The incidence of postoperative sacral fractures could have been rather underestimated. Because most of these fractures are not visible on a plain radiograph, diagnosis is mostly established based on CT, MRI, or nuclear scintigraphy. There are 2 studies with a larger cohort that have been published recently. Meredith et al[1] included all patients undergoing posterior lumbosacral arthrodesis at their institution between 2002 and 2011. Twenty-four out of 392 (6.1%) patients presented with sacral fractures after surgery, which were confirmed by CT, MRI, or nuclear scintigraphy. However, in only one out of the 24 cases, could the sacral fracture be noticed on the postoperative radiographs. Wilde et al[2] reported a cohort of 23 patients who had sacral fractures after lumbosacral fusion. Similarly, the sacral fracture was noticed in only one out of 23 patients on the postoperative radiographs. As such, sacral fractures after lumbosacral fusion could have been greatly underdiagnosed. CT has proven to be able to detect most of such fractures and should probably be performed routinely when patients complain of renewed buttock pain within 3 mo after lumbosacral fusion.

Risk factors and prevention

Old age, female sex, osteoporosis, obesity, and a long moment arm of multisegmental lumbosacral fusion are the most frequently cited risk factors for sacral fractures after posterior lumbosacral fusion. The current case had a 15-year history of corticosteroid use for her asthma. The bone density test of the hip (T-score to -3.7) showed a poor bone quality. Furthermore, abnormal spinopelvic alignment could also be a risk factor for fracture development.

To prevent the onset of postoperative sacral fractures, fixation of the iliac wings can be considered in high-risk patients.

Surgical treatment

The reported experience showed us that these postoperative sacral fractures responded well to conservative treatments, which included activity modification, external immobilization, and medical treatment of osteoporosis[3-5]. However, sacral insufficiency fractures with significant displacement, sagittal imbalance, neurologic symptoms, or painful nonunion may necessitate surgical stabilization. The most commonly performed procedure is to extend the fusion construct to the iliac wings using iliac screws. Fracture union and pain relief were achieved in all the surgically treated cases reported in the literature[1-8].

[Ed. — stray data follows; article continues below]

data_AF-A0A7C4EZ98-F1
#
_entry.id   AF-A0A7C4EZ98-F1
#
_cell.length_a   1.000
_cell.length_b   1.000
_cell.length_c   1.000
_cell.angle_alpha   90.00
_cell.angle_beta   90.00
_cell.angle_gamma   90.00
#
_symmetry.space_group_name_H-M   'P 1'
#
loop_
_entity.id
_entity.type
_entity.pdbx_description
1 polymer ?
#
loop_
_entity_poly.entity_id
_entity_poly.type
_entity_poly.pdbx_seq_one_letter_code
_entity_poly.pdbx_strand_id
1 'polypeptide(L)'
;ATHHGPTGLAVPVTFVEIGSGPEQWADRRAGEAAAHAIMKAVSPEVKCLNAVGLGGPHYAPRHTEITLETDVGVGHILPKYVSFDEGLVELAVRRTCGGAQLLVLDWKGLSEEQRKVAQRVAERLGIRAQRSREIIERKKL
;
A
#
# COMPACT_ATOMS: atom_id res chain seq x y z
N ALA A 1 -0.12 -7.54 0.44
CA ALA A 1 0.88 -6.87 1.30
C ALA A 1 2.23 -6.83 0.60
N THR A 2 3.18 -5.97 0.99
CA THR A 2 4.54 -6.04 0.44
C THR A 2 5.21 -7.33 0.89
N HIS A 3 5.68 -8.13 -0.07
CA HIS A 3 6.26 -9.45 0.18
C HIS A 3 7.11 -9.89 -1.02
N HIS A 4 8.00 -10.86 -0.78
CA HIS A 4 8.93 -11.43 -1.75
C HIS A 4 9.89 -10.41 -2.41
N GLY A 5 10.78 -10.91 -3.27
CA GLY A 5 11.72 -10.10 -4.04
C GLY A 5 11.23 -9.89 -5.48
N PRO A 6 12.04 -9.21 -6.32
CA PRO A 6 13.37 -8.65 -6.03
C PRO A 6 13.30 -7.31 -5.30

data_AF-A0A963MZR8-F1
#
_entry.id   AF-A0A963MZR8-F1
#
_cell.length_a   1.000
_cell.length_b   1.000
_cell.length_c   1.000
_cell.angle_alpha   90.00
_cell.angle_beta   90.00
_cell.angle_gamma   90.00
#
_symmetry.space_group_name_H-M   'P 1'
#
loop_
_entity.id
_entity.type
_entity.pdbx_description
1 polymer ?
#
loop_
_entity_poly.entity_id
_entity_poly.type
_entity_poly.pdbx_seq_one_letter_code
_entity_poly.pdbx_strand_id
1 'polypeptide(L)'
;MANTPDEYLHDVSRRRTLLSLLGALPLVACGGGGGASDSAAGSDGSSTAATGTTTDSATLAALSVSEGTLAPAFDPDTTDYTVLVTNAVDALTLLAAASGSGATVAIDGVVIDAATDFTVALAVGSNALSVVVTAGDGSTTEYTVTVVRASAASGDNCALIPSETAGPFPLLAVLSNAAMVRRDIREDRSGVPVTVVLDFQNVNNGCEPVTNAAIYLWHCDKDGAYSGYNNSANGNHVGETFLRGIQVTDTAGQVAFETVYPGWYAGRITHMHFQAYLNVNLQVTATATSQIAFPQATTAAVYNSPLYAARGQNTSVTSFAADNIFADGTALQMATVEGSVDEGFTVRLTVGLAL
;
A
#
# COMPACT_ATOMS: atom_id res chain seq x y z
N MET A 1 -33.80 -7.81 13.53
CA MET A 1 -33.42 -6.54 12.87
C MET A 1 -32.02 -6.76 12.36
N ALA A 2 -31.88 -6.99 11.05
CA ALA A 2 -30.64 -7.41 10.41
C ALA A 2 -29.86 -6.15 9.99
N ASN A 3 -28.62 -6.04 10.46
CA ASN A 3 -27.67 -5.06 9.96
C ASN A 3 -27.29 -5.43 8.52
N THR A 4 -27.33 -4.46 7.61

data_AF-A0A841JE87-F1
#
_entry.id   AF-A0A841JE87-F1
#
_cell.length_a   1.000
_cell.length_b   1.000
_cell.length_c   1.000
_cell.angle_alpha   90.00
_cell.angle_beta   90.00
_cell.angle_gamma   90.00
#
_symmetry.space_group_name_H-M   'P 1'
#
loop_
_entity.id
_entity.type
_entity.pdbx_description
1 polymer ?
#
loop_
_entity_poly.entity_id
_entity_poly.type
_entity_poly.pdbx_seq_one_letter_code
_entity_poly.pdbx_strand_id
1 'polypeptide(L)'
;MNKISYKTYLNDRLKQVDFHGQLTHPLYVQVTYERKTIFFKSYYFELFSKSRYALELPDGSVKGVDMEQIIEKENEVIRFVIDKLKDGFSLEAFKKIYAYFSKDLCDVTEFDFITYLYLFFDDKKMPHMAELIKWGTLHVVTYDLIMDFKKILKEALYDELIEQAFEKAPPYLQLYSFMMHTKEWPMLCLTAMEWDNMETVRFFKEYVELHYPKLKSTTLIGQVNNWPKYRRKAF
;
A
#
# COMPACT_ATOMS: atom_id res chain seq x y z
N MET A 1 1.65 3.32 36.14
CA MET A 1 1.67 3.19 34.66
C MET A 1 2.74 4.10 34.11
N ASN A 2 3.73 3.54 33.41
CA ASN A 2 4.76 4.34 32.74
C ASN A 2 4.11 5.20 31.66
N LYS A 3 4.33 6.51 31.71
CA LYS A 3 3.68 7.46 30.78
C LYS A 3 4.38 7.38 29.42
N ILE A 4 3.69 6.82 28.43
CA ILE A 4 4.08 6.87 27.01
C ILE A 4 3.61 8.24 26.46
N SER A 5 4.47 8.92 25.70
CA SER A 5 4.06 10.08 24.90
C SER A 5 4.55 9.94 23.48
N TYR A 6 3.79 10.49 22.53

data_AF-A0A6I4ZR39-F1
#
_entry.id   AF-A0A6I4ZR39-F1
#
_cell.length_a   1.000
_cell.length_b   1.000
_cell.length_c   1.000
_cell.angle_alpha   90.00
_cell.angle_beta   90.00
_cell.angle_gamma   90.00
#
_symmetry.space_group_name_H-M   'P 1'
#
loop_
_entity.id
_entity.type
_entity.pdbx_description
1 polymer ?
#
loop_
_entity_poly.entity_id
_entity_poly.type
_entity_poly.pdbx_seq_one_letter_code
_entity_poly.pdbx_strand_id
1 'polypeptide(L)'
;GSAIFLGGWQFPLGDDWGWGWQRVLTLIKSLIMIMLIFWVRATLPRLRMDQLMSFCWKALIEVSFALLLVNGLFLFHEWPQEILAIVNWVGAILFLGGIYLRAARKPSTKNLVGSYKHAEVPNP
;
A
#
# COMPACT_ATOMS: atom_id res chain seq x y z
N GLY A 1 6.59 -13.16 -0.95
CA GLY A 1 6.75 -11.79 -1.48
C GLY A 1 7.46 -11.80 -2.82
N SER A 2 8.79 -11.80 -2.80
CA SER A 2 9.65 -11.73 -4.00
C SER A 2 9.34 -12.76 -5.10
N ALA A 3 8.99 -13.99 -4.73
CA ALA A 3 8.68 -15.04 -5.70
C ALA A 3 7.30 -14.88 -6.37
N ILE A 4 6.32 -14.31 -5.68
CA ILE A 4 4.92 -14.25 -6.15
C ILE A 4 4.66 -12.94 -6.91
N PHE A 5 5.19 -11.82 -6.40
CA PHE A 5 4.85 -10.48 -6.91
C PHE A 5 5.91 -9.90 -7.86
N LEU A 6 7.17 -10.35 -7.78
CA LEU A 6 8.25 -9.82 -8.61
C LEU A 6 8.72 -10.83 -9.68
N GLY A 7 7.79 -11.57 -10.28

In conclusion, the incidence of postoperative sacral fractures could have been rather underestimated, because most of these fractures are not visible on a plain radiograph. CT has been proved to be able to detect most of such fractures and should probably be performed routinely when patients complain of renewed buttock pain within 3 mo after lumbosacral fusion. The majority of the patients responded well to conservative treatments, and extending the fusion construct to the iliac wings using iliac screws may be needed when there is concurrent fracture displacement, sagittal imbalance, neurologic symptoms, or painful nonunion.

COMMENTS
Case characteristics

A 65-year-old patient with a 15-year history of corticosteroid use reported a sudden exacerbation of bilateral buttock pain, left-leg radicular pain and sphincter disturbances without precedent trauma on the 5th day after posterior L4-S1 fusion.

Clinical diagnosis

Physical examination revealed a 3/5 weakness of left lower extremity.

Differential diagnosis

Osteoporotic vertebral compressive fracture, epidural hematoma, malposition of pedicle screws, and migration of pedicle screws.

Imaging diagnosis

A computed tomography (CT) scan revealed a horizontal fracture at the S1/S2 level with S2 being totally displaced.

Treatment

The authors performed posterior neural decompression and hardware revision with deformity reduction for the patient at 2 wk after the index operation. The fusion construct was extended to the iliac wings using iliac screws.

Related reports

Sacral fractures following posterior lumbosacral fusion are rarely seen, there has been a paucity of data on the association of this condition in the published literature. Before 2013, there were only 34 cases that had been reported. No cohort with more than 5 cases had been published until recently.

Term explanation

Sacral fractures following posterior lumbosacral fusion are an uncommon complication. Risk factors include old age, female sex, obesity, smoking, postmenopausal osteoporosis, chronic corticosteroid use, prior radiation therapy, graft harvesting, multisegmental lumbosacral fusion, and abnormal spinopelvic alignment.

Experiences and lessons

The incidence of postoperative sacral fractures could have been rather underestimated, because most of these fractures are not visible on plain radiograph. CT has been proved to be able to detect most of such fractures and should probably be performed routinely when patients complain of renewed buttock pain within 3 mo after lumbosacral fusion. The majority of the patients responded well to conservative treatments, and extending the fusion construct to the iliac wings using iliac screws may be needed when there is concurrent fracture displacement, sagittal imbalance, neurologic symptoms, or painful nonunion.

Peer-review

It’s a well-organised study.

Footnotes

P- Reviewer: Emara K, Erkan S

S- Editor: Gong XM L- Editor: Cant MR E- Editor: Li D

References